Criticisms Of Participatory Economics
Participatory economics has been offered as a model for a better economic system via a number of books and articles. Its defining features are:
Critics of participatory economics claim that it sacrifices personal freedom to attain other, in their view, less important, ends. Weisskopf argues, for example: The issue is how much value we should attach to the opportunity for individuals to exercise such libertarian rights as freedom of choice, privacy, and the development of ones own specialized talents and abilitiesas compared to the more traditional socialist goals of equity, democracy and solidarity. (Weisskopf 1992, page 21) For Weisskopf, therefore, the debate between participatory economies and market socialism largely reduces to a debate over the relative importance of different values. He would have readers believe that while participatory economies may better serve traditional socialist goals like equity, democracy, and solidarity, it does so only at the expense of libertarian values such as individual freedom and privacy, which in his view are better served by market systems. We find the charge that participatory economies sacrifices libertarian values to be entirely without basis, deriving from a shallow and indefensible interpretation of libertarianism and a biased reading of what composes participatory economics. So, for reasons we clarify below, we reject framing the debate as a choice between worthy values, and reject Weisskopfs conclusion based on that assumption: Participatory economies best serves one set of `high principles,' while market socialism best serves a different set of equally `high principles.' But market socialism is less ambitious, closer to what we already have, and therefore more easily achievable. (Weisskopf 1992, page 22)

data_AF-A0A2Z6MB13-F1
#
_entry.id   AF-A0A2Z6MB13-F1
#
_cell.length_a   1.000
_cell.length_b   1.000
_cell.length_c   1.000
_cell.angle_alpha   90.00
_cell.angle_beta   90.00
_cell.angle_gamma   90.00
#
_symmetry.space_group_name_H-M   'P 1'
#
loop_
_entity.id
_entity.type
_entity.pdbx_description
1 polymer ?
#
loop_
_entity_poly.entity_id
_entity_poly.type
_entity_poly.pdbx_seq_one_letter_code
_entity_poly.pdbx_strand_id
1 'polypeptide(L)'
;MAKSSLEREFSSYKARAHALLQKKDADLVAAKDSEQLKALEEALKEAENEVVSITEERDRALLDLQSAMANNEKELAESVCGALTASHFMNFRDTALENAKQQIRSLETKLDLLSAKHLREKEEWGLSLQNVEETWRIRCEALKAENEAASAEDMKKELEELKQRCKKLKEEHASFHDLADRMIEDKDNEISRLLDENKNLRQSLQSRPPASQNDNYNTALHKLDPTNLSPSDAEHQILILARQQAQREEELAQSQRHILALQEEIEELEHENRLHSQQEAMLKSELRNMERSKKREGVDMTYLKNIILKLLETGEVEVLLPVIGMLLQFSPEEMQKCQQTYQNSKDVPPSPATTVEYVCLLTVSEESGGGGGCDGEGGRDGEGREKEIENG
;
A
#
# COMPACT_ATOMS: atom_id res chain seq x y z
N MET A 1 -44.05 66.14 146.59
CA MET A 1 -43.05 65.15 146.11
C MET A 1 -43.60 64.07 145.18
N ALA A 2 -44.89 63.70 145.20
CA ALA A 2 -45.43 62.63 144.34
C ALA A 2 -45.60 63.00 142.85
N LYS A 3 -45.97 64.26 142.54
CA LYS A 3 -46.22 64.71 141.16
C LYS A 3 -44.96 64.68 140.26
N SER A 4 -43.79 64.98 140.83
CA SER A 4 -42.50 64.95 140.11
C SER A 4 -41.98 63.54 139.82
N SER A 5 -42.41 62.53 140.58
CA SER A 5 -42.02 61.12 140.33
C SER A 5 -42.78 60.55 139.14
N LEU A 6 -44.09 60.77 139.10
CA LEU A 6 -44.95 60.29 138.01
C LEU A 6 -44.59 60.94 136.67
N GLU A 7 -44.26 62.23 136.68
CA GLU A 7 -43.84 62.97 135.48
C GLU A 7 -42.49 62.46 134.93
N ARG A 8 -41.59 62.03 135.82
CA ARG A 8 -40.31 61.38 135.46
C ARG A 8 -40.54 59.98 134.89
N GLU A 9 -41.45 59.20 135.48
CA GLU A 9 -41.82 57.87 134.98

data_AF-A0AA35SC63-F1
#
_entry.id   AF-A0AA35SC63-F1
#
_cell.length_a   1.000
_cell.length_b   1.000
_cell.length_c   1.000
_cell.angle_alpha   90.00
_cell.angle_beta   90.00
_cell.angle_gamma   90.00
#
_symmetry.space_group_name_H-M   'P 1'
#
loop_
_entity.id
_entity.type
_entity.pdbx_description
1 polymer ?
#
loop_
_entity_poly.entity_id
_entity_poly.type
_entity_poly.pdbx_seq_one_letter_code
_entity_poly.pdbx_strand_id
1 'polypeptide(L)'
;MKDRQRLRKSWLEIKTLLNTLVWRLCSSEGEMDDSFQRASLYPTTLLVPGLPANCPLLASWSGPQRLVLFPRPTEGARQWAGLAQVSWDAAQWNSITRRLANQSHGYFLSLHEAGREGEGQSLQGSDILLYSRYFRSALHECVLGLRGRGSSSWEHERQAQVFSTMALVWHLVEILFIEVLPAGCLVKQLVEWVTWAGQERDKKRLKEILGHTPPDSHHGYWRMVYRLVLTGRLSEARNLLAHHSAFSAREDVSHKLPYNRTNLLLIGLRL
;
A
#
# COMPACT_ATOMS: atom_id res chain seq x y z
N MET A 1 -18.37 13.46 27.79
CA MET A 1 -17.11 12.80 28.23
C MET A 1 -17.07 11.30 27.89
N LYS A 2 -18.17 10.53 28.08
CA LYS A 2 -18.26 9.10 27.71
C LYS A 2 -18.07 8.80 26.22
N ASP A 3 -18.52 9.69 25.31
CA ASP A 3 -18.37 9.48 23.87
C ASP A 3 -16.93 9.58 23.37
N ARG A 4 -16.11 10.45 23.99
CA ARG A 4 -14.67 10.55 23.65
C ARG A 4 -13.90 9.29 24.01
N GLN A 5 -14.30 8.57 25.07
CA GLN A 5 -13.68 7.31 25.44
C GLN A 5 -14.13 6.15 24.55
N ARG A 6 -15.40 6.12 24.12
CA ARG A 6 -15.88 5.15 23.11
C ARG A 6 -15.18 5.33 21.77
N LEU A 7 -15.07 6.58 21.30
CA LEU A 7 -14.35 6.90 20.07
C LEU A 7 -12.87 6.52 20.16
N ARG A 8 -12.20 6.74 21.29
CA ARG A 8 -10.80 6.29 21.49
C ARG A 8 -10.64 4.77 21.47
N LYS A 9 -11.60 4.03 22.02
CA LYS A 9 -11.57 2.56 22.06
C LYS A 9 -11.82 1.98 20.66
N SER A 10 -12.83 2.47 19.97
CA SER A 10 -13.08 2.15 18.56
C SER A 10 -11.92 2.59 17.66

But what is a libertarian economy? If people are restricted, for example, from buying another human being, is an economy thereby made less libertarian? Surely there are circumstances that would lead people knowingly and willingly to sell themselves into slavery, yet few would refuse to call an economy libertarian because slavery was outlawed. Likewise, if people are restricted from hiring the services of another human being for a wage, is an economy thereby made less libertarian? There are familiar circumstances that lead people knowingly and willingly to accept what traditional socialists called wage slavery. Does this mean that Weisskopfs model of market socialism, is not libertarian because the employer/employee relation is outlawed? To equate libertarianism with freedom of individuals to do whatever they please is a shallow interpretation that robs libertarianism of merit it richly deserves.